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Black Holes in the Universe

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posted on Oct, 22 2012 @ 08:02 PM

Originally posted by freedomSlave
reply to post by chr0naut

Sure we could witness a black hole forming.

multiple photographs over decades of a region of space I am sure who ever studying the will do over lays and figure out if something disappears . As I would assume that if there was a black hole created there will be tell tale signs of distortion . or am I wrong with such sharp clear images of space we would not witness the phenomenon.

However they can create mini black holes at the large hadron collider ( as i would assume you know there is no working model on gravity on the sub atomic level )

tiny black holes the accelerator could generate will instantly pop in and out of existence like phantom soap bubbles, without the necessary mass to sustain themselves. Read more: 5 Things You Need to Know About the Large Hadron Collider Now - Popular Mechanics

Link to external text

As I say again I feel there is something flawed in how we understanding on how black holes are formed . With the colliders that we have and more that are being planned for is a great start to really see the science to this event.

OK, I am aware that there are more indicators for the existence of black holes, but the only two that really specifically indicate a black hole (and not another massive stellar object like a dark neutron star, dark matter & etc.) are evidence of high gravity without a visible source (most usually noted as gravitational lensing without a central star) and an X-Ray source that appears close to the location of the gravitation's center. (Note also that as the star core collapses to a singularity, the rotational speed increases, like a pirouetting ballerina speeds up as she brings her arms in closer to her body. This will most likely produce a lobed or beamed X-Ray output along the axis of rotation rather than an even output, too).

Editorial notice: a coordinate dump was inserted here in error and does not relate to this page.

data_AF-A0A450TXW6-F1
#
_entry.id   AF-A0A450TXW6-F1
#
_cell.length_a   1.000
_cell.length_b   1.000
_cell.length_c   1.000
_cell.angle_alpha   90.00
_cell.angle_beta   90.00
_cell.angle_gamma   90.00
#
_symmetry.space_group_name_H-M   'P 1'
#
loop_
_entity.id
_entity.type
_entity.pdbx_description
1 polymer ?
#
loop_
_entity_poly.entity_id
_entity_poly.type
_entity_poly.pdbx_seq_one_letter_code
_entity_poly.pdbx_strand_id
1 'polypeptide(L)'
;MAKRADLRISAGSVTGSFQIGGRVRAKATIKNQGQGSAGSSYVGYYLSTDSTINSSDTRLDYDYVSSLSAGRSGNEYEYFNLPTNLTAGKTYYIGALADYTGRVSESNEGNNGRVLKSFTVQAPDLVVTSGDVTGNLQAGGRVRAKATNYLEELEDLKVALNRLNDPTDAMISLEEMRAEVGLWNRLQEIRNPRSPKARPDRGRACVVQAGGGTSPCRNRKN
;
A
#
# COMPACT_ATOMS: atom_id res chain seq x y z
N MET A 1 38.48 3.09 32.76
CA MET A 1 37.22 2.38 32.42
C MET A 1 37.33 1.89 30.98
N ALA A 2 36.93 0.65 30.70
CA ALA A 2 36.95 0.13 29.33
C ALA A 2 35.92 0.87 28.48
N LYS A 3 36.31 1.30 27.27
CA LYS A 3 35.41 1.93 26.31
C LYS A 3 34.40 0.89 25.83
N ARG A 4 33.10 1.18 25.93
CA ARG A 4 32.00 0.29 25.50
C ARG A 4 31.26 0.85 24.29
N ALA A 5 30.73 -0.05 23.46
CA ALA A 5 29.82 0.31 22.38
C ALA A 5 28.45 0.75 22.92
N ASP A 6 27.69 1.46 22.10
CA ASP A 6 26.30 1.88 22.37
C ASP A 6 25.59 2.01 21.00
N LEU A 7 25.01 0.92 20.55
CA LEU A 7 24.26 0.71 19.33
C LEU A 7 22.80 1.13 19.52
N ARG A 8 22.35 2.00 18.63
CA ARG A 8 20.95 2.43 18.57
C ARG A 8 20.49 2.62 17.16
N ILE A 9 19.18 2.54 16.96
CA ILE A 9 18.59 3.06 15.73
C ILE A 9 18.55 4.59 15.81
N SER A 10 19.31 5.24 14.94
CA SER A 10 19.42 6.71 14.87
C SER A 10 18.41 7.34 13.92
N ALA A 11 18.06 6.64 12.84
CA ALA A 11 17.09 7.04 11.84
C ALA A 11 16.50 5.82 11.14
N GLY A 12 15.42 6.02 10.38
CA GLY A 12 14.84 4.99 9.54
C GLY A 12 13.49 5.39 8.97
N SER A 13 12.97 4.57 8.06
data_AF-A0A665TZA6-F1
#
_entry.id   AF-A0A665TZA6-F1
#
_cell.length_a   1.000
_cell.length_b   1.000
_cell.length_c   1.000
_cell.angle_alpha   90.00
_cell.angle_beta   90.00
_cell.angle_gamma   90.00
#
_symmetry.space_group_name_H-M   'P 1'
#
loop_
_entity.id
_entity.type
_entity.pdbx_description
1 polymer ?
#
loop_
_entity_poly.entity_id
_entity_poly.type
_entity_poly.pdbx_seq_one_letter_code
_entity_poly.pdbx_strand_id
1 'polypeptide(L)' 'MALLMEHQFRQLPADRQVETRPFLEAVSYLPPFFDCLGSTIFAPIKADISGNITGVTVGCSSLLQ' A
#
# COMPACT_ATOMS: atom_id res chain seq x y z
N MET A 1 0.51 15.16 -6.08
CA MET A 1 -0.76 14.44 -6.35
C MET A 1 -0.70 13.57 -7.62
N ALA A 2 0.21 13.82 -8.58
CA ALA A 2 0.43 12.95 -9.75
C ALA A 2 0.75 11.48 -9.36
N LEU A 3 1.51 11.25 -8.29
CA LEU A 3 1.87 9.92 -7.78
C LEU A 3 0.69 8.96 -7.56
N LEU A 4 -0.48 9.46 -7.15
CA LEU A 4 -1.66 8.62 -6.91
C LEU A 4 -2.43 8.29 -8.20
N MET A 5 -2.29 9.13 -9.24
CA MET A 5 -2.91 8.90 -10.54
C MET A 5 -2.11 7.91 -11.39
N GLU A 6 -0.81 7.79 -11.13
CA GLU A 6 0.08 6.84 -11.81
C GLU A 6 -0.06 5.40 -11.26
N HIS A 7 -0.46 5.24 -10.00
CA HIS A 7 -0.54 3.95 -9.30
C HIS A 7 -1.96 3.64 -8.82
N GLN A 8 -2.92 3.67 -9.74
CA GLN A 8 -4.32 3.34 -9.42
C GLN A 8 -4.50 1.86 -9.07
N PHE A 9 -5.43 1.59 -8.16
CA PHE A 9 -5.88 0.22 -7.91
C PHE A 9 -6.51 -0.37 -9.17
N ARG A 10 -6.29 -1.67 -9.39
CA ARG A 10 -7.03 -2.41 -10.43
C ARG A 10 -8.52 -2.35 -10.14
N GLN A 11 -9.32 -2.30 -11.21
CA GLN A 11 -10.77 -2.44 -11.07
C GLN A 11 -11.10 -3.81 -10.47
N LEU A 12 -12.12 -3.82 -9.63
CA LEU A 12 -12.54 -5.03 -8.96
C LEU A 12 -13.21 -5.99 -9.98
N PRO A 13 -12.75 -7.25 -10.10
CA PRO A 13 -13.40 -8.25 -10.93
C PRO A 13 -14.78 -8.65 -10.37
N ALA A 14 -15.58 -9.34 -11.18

I have an issue with the possible production of micro-singularities in colliders. To me, the near parallel curvature of space-time at sizes close to the Planck length seems impossible. We also aren't "missing" any appreciable energy from the collisions, which I believe we should see if we were creating singularities which then subsequently evaporated. Also, such a tiny singularity, if we were creating it, would also have a Schwartzchild radius approaching zero (and definitely sub-Planck length) and would therefore essentially be a naked singularity which would be smeared out of existence by quantum indeterminacy, taking their insufficient mass (energy) with them. We just aren't seeing any of this. This is my view, anyway, others may disagree.

edit on 22/10/2012 by chr0naut because: (no reason given)

posted on Oct, 22 2012 @ 08:19 PM

Originally posted by maryhinge
reply to post by chr0naut

Heres a theory for everyone,

Maybe our universe was the result of a supernova in another universe
and so on like a big fractal.i,e From small black holes to super massive
black holes and all the ones in between.

Just one of my many thoughts on the universe.

There are several theories that posit that some massive disturbance in one universe has birthed a new universe.

Many of these theories also hold that once "birthed off" the new "bubble" universes detach permanently and there is no path between the new and old universes.

There is even some observational data from the cosmic microwave background heat that suggests (loosely) such a birthing of a universe from our own.

Another possible theory is "M" theory (an offshoot of string theory) that holds that the universe was created as two "branes" (short for membranes) collided and the resulting disruption caused a big bang in one (or both) of those branes.

Unfortunately, it may take a long time to acquire sufficient proofs to allow us to say with confidence exactly how the universe was birthed.

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